Female pilot joins in race around U.S.
“The future of women in aviation is what they want to make it,” Phoebe Omlie told reporters.
It was April 1941, and Phoebe was holding an impromptu news conference in the Medford Hotel dining room. Phoebe was an aviation pioneer. She had earned the right to carry passengers in her airplanes after receiving her commercial pilot license in 1927 — the first woman to do so.
This was her second visit to Medford, and the first time she had arrived as a passenger. Her United Airlines Mainliner touched down on a runway and an airport she had never seen before.
In July 1928, 25-year-old Phoebe was the only woman participating in The National Air Tour, competing for the Edsel Ford Reliability Trophy and $12,000 to the race winner. Sponsored by the Ford Motor Company, the tour intended to show the average person that flying was safe and nothing to be afraid of.
Phoebe was the first of 28 competitors to take off from Michigan’s Ford Airport June 30. The remaining fliers left at one-minute intervals, on a carefully timed, 6,300-mile flight over the Southwestern states, up the West Coast, and a return to Detroit along the northern border of the U.S.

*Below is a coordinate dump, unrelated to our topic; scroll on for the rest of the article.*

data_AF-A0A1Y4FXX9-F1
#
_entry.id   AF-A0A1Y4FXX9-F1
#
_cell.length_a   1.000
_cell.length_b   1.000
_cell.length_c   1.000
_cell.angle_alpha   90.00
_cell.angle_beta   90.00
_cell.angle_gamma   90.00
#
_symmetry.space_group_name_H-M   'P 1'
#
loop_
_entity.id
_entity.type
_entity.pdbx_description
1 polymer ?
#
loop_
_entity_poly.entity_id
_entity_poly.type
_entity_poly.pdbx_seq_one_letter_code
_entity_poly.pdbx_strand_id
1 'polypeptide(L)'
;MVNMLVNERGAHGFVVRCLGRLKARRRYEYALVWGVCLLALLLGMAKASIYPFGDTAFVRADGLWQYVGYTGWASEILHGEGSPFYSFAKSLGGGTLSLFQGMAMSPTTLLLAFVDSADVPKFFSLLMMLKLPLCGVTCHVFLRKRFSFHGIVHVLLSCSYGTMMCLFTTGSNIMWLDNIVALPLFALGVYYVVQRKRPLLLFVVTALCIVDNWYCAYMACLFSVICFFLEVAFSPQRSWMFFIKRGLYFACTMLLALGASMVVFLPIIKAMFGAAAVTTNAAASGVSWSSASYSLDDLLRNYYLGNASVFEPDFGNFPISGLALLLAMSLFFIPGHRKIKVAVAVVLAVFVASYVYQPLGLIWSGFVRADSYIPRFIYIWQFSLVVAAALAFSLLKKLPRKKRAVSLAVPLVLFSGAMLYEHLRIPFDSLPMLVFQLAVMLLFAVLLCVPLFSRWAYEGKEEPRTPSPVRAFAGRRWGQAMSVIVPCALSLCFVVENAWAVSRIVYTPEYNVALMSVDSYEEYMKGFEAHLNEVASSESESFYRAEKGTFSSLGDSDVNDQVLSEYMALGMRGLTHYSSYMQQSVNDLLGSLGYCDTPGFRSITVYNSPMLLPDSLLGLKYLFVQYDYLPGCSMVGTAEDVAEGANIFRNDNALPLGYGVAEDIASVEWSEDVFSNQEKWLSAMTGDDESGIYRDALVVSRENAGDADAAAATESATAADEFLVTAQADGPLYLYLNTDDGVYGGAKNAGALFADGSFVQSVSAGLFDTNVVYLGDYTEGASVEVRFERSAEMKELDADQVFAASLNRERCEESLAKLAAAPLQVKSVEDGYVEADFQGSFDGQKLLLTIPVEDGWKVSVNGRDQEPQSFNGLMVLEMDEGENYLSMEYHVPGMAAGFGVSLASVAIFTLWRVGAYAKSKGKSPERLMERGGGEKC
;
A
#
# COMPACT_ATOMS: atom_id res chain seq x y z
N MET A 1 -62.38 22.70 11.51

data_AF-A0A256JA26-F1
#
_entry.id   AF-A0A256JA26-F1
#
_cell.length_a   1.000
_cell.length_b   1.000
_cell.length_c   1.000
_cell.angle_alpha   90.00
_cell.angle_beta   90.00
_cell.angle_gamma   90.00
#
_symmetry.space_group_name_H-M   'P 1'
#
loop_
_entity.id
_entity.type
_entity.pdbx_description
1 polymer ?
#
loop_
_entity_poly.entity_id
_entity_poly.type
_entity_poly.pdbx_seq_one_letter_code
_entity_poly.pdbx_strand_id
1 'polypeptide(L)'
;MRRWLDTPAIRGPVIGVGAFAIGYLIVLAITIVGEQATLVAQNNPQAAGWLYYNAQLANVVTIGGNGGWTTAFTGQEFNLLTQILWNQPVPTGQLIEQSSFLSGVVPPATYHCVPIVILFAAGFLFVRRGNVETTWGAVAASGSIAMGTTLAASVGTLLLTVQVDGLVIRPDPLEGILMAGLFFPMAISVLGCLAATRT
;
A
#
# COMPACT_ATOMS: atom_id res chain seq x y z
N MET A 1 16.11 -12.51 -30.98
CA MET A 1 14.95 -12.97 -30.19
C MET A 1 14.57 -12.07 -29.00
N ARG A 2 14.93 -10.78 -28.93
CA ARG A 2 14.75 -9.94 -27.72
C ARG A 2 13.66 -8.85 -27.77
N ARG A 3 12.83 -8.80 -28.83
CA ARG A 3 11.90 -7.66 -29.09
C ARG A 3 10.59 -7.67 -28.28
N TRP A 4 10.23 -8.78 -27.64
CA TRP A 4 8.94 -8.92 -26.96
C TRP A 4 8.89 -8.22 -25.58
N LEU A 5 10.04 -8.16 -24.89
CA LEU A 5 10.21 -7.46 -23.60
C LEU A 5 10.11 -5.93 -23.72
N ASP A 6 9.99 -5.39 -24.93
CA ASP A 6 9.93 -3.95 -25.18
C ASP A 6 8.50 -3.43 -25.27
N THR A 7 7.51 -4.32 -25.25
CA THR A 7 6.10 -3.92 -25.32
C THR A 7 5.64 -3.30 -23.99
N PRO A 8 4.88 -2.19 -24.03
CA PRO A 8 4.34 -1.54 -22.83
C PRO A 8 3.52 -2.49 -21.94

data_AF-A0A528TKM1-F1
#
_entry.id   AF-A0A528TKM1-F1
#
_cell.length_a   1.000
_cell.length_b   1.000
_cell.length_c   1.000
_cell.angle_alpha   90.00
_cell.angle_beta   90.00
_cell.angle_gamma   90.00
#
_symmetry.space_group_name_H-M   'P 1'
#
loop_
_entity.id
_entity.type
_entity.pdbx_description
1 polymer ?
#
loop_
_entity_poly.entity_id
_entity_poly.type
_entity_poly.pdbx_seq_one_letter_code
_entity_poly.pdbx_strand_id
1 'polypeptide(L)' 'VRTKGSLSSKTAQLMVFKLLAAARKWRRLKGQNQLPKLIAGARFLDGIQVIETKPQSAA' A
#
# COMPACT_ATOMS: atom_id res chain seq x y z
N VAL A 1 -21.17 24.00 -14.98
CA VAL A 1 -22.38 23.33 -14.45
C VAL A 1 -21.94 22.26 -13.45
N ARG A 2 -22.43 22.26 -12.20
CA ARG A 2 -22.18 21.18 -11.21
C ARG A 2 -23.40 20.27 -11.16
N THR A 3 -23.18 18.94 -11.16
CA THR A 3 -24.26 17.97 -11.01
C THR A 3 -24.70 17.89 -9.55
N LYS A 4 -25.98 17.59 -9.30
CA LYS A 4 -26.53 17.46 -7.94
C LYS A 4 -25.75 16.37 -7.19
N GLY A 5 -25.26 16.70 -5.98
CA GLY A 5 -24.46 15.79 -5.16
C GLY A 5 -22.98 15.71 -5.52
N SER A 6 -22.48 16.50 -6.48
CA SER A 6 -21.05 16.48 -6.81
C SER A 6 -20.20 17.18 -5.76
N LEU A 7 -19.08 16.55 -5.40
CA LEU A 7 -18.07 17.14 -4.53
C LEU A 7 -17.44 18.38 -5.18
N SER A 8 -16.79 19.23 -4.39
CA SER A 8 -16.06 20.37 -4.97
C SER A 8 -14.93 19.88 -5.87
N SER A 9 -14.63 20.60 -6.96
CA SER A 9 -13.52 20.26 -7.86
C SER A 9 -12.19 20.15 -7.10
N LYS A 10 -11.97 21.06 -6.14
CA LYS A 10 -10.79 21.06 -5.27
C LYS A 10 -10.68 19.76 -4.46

Several thousand spectators were at Medford’s Newell Barber Field July 16, 1928, to watch the 22 remaining aviators land. Phoebe, flying the Model-T of airplanes, a Monocoupe, was last on the ground and, when on her way toward Portland, would also be last to take off.
Newell Barber Field, Medford’s first airport, was dedicated in 1920 to a former Medford High School student who died while flying during the First World War. A large marble marker, placed last year in front of today’s Rogue Credit Union South Branch, marks the approximate end of that field’s dirt and gravel runway.
The old airport was not popular with the aerial visitors in 1928. They said it was too small and too rough for this many modern airplanes to use. Experienced aviator George Halderman, who had “hopped” the Atlantic the previous year, called it “the smallest the tour has visited,” and added, “I hope Medford will someday have a larger field.”
His message was heard. Official dedication of the new $120,000 airport, at its current location in north Medford, came Aug. 4, 1930, with the arrival of a 40-airplane fly-in by aviators of the Pacific Northwest Air Tour.
Now, in 1941, Phoebe took an afternoon walk around the new airport to personally compare it with the one she remembered.
“This is wonderful,” she said. “Medford’s airport is a valuable cog in the chain of airports throughout the nation, and is a haven to pilots after flying over these mountains.”
That evening, she re-boarded the refueled Mainliner and flew on.
Phobe Omlie, aviation record setter, wing walker, parachute jumper, airport manager and so much more, never returned to the Rogue Valley. She died in 1975 and was buried near her home in Memphis, Tennessee.
For the curious History Snoopers out there, Phoebe finished that 1928 race in 24th place — just ahead of two other male pilots.
Writer Bill Miller is the author of “History Snoopin’,”a collection of his previous history columns and stories. Reach him at firstname.lastname@example.org or WilliamMMiller.com